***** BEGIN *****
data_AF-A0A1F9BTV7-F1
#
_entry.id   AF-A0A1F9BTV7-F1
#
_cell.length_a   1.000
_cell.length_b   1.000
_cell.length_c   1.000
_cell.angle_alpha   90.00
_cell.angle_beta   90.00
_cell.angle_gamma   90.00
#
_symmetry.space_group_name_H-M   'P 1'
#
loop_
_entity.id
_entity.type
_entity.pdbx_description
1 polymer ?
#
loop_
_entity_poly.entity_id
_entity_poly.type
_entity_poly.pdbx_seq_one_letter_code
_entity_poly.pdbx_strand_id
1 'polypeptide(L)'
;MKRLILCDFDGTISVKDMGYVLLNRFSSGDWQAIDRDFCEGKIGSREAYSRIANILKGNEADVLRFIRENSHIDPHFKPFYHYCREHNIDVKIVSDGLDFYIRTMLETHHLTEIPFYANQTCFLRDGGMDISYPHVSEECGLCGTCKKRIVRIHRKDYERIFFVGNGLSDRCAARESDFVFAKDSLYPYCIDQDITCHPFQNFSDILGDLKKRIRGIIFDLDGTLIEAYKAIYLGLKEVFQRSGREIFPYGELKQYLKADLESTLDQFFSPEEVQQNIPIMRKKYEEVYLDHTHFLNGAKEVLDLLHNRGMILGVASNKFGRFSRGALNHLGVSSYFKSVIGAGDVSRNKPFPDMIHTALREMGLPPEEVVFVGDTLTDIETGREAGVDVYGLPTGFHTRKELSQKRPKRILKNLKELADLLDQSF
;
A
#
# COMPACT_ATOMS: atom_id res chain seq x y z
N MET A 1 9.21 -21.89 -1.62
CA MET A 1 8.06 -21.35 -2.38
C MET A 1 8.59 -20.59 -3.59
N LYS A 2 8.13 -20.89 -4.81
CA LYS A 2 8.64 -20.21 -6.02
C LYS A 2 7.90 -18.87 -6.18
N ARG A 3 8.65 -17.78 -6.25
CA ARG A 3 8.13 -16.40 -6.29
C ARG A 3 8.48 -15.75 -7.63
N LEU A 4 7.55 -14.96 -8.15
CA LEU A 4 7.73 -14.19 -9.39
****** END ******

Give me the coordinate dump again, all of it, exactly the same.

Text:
data_AF-A0A1F9BTV7-F1
#
_entry.id   AF-A0A1F9BTV7-F1
#
_cell.length_a   1.000
_cell.length_b   1.000
_cell.length_c   1.000
_cell.angle_alpha   90.00
_cell.angle_beta   90.00
_cell.angle_gamma   90.00
#
_symmetry.space_group_name_H-M   'P 1'
#
loop_
_entity.id
_entity.type
_entity.pdbx_description
1 polymer ?
#
loop_
_entity_poly.entity_id
_entity_poly.type
_entity_poly.pdbx_seq_one_letter_code
_entity_poly.pdbx_strand_id
1 'polypeptide(L)'
;MKRLILCDFDGTISVKDMGYVLLNRFSSGDWQAIDRDFCEGKIGSREAYSRIANILKGNEADVLRFIRENSHIDPHFKPFYHYCREHNIDVKIVSDGLDFYIRTMLETHHLTEIPFYANQTCFLRDGGMDISYPHVSEECGLCGTCKKRIVRIHRKDYERIFFVGNGLSDRCAARESDFVFAKDSLYPYCIDQDITCHPFQNFSDILGDLKKRIRGIIFDLDGTLIEAYKAIYLGLKEVFQRSGREIFPYGELKQYLKADLESTLDQFFSPEEVQQNIPIMRKKYEEVYLDHTHFLNGAKEVLDLLHNRGMILGVASNKFGRFSRGALNHLGVSSYFKSVIGAGDVSRNKPFPDMIHTALREMGLPPEEVVFVGDTLTDIETGREAGVDVYGLPTGFHTRKELSQKRPKRILKNLKELADLLDQSF
;
A
#
# COMPACT_ATOMS: atom_id res chain seq x y z
N MET A 1 9.21 -21.89 -1.62
CA MET A 1 8.06 -21.35 -2.38
C MET A 1 8.59 -20.59 -3.59
N LYS A 2 8.13 -20.89 -4.81
CA LYS A 2 8.64 -20.21 -6.02
C LYS A 2 7.90 -18.87 -6.18
N ARG A 3 8.65 -17.78 -6.25
CA ARG A 3 8.13 -16.40 -6.29
C ARG A 3 8.48 -15.75 -7.63
N LEU A 4 7.55 -14.96 -8.15
CA LEU A 4 7.73 -14.19 -9.39